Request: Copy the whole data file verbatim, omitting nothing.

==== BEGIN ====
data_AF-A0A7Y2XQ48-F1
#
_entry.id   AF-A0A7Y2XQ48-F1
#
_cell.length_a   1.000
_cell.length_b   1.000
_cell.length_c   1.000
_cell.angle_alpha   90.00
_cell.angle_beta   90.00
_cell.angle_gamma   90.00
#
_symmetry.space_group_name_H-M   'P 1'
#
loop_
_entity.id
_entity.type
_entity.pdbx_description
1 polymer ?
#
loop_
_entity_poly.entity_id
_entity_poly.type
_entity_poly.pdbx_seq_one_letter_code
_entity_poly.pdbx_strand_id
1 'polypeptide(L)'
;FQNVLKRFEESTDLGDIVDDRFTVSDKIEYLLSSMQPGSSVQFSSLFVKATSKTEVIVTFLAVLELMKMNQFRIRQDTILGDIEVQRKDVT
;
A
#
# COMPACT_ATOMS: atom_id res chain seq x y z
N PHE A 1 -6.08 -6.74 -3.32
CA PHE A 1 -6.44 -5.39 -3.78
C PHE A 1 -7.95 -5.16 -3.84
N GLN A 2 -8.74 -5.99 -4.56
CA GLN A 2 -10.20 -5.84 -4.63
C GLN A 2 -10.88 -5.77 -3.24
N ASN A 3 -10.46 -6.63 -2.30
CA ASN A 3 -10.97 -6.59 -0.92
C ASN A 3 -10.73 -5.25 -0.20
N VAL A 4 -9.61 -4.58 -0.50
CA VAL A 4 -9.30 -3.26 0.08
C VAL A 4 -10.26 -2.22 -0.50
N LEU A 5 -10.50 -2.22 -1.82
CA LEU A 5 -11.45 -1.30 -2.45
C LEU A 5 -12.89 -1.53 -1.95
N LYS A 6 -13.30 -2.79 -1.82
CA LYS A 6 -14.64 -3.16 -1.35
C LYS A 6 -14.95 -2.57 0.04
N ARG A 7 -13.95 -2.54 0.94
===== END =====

data_AF-A0A7Y2XQ48-F1
#
_entry.id   AF-A0A7Y2XQ48-F1
#
_cell.length_a   1.000
_cell.length_b   1.000
_cell.length_c   1.000
_cell.angle_alpha   90.00
_cell.angle_beta   90.00
_cell.angle_gamma   90.00
#
_symmetry.space_group_name_H-M   'P 1'
#
loop_
_entity.id
_entity.type
_entity.pdbx_description
1 polymer ?
#
loop_
_entity_poly.entity_id
_entity_poly.type
_entity_poly.pdbx_seq_one_letter_code
_entity_poly.pdbx_strand_id
1 'polypeptide(L)'
;FQNVLKRFEESTDLGDIVDDRFTVSDKIEYLLSSMQPGSSVQFSSLFVKATSKTEVIVTFLAVLELMKMNQFRIRQDTILGDIEVQRKDVT
;
A
#
# COMPACT_ATOMS: atom_id res chain seq x y z
N PHE A 1 -6.08 -6.74 -3.32
CA PHE A 1 -6.44 -5.39 -3.78
C PHE A 1 -7.95 -5.16 -3.84
N GLN A 2 -8.74 -5.99 -4.56
CA GLN A 2 -10.20 -5.84 -4.63
C GLN A 2 -10.88 -5.77 -3.24
N ASN A 3 -10.46 -6.63 -2.30
CA ASN A 3 -10.97 -6.59 -0.92
C ASN A 3 -10.73 -5.25 -0.20
N VAL A 4 -9.61 -4.58 -0.50
CA VAL A 4 -9.30 -3.26 0.08
C VAL A 4 -10.26 -2.22 -0.50
N LEU A 5 -10.50 -2.22 -1.82
CA LEU A 5 -11.45 -1.30 -2.45
C LEU A 5 -12.89 -1.53 -1.95
N LYS A 6 -13.30 -2.79 -1.82
CA LYS A 6 -14.64 -3.16 -1.35
C LYS A 6 -14.95 -2.57 0.04
N ARG A 7 -13.95 -2.54 0.94